LOOKING FOR AN UNFORGETTABLE CAMPING EXPERIENCE? FROM HIDDEN SPOTS ON BOTH COASTS TO CAMPGROUNDS NEAR ICONIC LANDMARKS, THIS GROUP OF CAMPSITES PROMISE UNFORGETTABLE VIEWS AND LASTING MEMORIES.
The promise of a great adventure is usually the primary motivation for taking a camping trip—but incredible scenery is always a welcome bonus. That’s what makes the finalists on our list of top US campsites so special: These jaw-dropping destinations provide campers with opportunities to see glaciers, redwood forests and iconic national monuments.
Many Glacier Campground, Glacier National Park, Montana
Don’t expect a lot of privacy at Many Glacier Campground, a popular campsite in Montana’s Glacier National Park. However, dealing with other campers is a small price to pay for stunning mountain views, wildlife-watching opportunities, and close proximity to several of the park’s glaciers. The first-come, first-serve campground fills up fast, so arrive as early as you can. Ecologists report the majority of the park’s glaciers will melt away within the next 20 years – perhaps as soon as 2020 – so don’t delay your visit!
Belle Fourche Campground, Devil’s Tower, Wyoming
How amazing would it be to peek out your tent in the morning and see Devil’s Tower, the Wyoming national monument that rises 1,267 feet/386 meters above the surrounding terrain? Several campsites (mostly in the A Loop) in Belle Fourche Campground allow visitors to do just that. Open from April to October, the campsites are surrounded by cottonwood trees and are just a short walk from trails that lead to the Belle Fourche River and to the base of the imposing rock formation.
Duck Harbor Campground, Acadia National Park, Maine
If you’re after a more secluded nature experience, check out Duck Harbor Campground on Isle au Haut, an island in Maine’s Acadia National Park (connected to the mainland only by passenger ferry). The rugged isle has just five primitive campsites, which are open from May to October and feature three-sided shelters and fire pits. Whether you spend time hiking or just chilling out at camp, a Duck Harbor experience is all about getting away from the crowds.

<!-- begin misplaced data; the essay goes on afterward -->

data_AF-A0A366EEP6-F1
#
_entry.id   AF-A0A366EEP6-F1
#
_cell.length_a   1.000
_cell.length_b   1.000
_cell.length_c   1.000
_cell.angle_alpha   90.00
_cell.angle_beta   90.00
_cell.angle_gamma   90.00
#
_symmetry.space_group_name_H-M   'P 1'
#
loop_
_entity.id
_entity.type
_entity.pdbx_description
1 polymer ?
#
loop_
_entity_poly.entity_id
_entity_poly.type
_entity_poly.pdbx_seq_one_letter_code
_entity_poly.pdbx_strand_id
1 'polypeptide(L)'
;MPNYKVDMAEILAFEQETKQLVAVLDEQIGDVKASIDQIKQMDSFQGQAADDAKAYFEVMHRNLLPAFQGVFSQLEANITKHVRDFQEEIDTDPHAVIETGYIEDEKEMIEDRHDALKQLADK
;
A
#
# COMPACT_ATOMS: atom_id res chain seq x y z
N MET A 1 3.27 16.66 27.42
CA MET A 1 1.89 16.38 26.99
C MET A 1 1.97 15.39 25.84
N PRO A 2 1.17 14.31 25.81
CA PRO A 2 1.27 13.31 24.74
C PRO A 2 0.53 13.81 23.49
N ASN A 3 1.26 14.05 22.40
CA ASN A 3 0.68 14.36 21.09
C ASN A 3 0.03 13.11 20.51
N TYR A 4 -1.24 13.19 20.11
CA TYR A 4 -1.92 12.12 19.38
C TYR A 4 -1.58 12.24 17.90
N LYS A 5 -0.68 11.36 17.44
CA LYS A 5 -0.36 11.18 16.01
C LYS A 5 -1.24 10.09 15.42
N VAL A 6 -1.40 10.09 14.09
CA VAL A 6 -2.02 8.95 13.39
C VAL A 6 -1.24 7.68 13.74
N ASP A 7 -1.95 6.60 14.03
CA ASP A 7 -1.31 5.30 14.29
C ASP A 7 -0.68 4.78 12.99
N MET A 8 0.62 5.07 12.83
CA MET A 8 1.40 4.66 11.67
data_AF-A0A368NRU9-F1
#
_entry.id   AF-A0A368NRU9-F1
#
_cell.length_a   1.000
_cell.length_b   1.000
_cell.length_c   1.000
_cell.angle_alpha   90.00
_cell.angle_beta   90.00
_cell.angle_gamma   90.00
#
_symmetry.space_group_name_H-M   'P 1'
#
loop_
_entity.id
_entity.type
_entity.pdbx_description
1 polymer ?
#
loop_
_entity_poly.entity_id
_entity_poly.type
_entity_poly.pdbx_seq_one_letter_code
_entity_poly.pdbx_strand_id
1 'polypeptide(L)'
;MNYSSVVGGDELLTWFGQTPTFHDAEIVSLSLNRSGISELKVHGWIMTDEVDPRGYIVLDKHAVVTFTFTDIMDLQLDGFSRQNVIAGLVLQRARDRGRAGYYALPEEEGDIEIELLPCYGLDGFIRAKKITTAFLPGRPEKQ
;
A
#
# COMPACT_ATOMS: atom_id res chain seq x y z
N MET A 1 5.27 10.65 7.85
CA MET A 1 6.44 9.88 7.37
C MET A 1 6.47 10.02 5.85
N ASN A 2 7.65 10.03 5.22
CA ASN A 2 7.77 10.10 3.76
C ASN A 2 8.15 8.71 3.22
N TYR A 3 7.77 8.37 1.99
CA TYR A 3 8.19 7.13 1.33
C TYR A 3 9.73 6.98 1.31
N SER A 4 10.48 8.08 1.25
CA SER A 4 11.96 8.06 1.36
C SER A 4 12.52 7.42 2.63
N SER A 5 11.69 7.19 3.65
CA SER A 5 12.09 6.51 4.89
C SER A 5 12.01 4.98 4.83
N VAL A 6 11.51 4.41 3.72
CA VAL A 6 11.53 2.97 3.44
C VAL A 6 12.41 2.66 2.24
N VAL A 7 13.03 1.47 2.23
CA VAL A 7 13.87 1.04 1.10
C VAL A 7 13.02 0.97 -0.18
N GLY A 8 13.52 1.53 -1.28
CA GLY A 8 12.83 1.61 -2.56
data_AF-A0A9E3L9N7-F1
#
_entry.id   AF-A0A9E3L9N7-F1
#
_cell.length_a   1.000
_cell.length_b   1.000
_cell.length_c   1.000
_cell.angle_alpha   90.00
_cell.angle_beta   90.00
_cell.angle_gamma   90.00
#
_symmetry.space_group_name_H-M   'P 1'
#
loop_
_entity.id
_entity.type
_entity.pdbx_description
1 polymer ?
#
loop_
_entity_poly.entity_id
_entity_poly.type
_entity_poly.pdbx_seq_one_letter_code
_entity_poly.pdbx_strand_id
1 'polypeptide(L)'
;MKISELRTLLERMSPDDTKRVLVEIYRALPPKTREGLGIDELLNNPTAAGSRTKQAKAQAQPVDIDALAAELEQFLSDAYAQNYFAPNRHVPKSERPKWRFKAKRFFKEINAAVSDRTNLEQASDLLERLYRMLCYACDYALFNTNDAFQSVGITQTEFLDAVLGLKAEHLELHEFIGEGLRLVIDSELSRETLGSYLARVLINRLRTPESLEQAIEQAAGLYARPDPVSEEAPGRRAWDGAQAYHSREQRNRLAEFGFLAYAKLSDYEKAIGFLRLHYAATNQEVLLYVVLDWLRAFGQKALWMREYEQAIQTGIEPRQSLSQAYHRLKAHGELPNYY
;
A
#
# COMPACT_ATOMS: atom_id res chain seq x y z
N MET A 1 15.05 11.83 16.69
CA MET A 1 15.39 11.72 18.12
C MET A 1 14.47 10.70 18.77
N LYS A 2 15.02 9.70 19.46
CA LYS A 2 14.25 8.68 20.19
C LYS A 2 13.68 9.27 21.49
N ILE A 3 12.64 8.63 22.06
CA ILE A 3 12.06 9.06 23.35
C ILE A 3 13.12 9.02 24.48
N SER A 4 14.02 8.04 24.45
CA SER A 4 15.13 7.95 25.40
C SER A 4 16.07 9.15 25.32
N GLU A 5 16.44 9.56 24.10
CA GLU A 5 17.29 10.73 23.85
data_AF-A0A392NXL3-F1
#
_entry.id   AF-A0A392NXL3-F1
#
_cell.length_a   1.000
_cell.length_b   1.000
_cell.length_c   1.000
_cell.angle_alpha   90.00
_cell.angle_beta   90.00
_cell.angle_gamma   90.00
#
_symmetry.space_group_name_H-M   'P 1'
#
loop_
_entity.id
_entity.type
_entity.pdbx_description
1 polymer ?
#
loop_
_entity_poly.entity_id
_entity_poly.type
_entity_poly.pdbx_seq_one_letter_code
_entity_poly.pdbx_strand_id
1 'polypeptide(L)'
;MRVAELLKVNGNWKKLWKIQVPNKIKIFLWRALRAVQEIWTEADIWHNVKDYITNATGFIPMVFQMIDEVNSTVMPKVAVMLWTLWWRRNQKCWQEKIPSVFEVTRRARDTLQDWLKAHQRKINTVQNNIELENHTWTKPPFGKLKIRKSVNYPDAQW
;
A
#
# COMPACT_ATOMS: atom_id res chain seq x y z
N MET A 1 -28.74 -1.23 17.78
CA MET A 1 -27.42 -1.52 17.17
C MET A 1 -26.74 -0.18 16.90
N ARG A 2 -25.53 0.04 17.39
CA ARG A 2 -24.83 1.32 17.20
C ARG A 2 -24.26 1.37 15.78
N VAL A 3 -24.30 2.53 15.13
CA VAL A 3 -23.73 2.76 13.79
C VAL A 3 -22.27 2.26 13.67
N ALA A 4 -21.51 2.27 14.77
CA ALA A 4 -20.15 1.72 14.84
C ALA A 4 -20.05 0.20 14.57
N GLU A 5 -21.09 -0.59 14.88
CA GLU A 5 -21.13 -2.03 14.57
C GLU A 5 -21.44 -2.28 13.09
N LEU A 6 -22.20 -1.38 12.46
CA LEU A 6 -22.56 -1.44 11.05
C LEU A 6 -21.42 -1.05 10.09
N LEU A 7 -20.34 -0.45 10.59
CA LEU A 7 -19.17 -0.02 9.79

Julia Pfeiffer Burns State Park, Big Sur, California
With towering redwoods, an 80-foot waterfall, and ocean views of migrating gray whales, Julia Pfeiffer Burns State Park has earned a reputation as one of the most amazing camping spots in California. Try to score one of the two hike-in environmental campsites, which require a half-mile trek into a cypress grove just above McWay Falls. Site #1 provides especially gorgeous views of the rocky Big Sur coastline.
Boulder Beach Campground, Lake Mead, Nevada
Camp among the palm trees at Boulder Beach Campground, which sits only a half-mile from the warm waters of Nevada’s Lake Mead and a short drive from the Hoover Dam. Many of the 154 camping sites have views of the lake. Who would have expected to find such an amazing site just 30 minutes outside Las Vegas? Another reason to visit this year: Renovations to add new RV parking spots and modern restroom facilities—along with plans to remove non-native plants—will finish in February 2013.
White Wolf Campground, Yosemite Valley, CA
Some of the country’s best campgrounds require you to spend half a day—or sometimes more—backpacking in to just to set up your tent. This isn’t one of them: The 74-site White Wolf grounds, located in a sub-alpine meadow off a quiet back road, offers high country views and welcome extras like running water, excellent trails to Lukens and Harden Lakes and tasty meals available at the nearby lodge. Be sure to time your stay correctly though: this special site is only open from July until early September.
Scott Shetler is a freelance journalist and frequent traveler who enjoys national parks, urban nightlife, and everything in between. He blogs about his adventures at quirkytravelguy.com.
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